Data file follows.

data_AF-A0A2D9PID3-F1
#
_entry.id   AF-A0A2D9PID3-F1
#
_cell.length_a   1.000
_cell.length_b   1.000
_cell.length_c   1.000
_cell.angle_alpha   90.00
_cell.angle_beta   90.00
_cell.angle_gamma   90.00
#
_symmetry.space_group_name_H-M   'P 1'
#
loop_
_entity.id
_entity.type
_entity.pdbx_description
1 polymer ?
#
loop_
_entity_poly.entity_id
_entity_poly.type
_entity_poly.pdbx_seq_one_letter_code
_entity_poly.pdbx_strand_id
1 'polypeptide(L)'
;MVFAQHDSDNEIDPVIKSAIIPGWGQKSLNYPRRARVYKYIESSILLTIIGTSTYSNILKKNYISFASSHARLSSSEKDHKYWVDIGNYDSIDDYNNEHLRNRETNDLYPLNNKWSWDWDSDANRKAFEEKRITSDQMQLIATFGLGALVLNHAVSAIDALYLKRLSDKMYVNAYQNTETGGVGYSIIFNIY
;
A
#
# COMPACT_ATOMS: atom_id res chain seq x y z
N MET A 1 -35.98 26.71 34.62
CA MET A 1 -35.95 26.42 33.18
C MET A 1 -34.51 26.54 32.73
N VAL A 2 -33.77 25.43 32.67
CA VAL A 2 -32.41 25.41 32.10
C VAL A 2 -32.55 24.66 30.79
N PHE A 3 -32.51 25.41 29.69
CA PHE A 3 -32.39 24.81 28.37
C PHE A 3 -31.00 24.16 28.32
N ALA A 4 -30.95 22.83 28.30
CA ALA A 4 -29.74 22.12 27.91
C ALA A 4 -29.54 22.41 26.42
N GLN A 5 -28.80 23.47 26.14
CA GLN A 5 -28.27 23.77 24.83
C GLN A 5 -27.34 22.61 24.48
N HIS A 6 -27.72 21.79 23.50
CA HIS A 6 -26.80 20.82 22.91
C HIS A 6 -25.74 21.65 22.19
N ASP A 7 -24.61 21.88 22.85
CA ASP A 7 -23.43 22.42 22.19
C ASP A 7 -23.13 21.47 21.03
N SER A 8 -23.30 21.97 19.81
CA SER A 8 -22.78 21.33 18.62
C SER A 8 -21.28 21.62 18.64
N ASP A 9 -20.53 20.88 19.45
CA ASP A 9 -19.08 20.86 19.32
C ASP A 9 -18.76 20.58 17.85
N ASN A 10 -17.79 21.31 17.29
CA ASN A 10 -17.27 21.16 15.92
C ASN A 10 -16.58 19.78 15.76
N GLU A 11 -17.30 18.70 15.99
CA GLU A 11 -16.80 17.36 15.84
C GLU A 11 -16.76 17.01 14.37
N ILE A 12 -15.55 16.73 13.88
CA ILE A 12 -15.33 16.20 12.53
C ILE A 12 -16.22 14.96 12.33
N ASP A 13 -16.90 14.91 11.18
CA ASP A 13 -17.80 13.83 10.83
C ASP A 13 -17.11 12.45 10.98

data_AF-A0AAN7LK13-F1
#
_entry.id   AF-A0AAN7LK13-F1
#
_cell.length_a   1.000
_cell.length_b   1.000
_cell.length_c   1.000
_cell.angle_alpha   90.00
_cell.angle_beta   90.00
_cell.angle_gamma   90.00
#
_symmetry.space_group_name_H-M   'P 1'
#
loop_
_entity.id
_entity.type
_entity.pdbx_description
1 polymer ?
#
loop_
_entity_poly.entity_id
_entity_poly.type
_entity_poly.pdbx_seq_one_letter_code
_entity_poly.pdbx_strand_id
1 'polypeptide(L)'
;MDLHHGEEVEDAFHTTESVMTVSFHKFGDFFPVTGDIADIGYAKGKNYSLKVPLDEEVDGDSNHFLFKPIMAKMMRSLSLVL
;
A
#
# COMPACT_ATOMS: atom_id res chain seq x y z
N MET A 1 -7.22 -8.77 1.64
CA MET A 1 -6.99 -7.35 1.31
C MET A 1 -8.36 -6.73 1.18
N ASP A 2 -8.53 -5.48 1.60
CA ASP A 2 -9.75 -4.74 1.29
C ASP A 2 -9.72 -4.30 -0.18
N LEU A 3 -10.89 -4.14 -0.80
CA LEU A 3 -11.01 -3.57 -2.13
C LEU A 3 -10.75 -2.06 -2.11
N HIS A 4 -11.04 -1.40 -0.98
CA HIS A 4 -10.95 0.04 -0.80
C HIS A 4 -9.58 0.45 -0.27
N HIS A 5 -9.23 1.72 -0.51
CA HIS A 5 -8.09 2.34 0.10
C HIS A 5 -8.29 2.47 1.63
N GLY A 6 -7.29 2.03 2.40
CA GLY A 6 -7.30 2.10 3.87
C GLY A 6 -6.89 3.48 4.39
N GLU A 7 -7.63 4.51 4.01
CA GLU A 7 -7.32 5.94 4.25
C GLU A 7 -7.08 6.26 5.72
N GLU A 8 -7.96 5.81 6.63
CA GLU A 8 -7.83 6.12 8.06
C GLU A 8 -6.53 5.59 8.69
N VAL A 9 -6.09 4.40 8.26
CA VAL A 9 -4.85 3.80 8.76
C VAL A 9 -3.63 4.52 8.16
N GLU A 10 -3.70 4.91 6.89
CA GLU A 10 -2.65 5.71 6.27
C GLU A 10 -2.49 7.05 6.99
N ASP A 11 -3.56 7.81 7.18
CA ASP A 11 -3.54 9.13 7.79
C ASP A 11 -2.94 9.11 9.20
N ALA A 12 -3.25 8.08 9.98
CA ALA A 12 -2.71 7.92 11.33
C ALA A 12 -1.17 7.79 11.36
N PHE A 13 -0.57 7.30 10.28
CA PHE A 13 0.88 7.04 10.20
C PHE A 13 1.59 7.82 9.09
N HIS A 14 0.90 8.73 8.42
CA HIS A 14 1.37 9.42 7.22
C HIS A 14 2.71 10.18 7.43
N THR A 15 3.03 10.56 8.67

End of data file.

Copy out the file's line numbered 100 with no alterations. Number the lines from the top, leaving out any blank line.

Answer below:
N MET A 1 -7.22 -8.77 1.64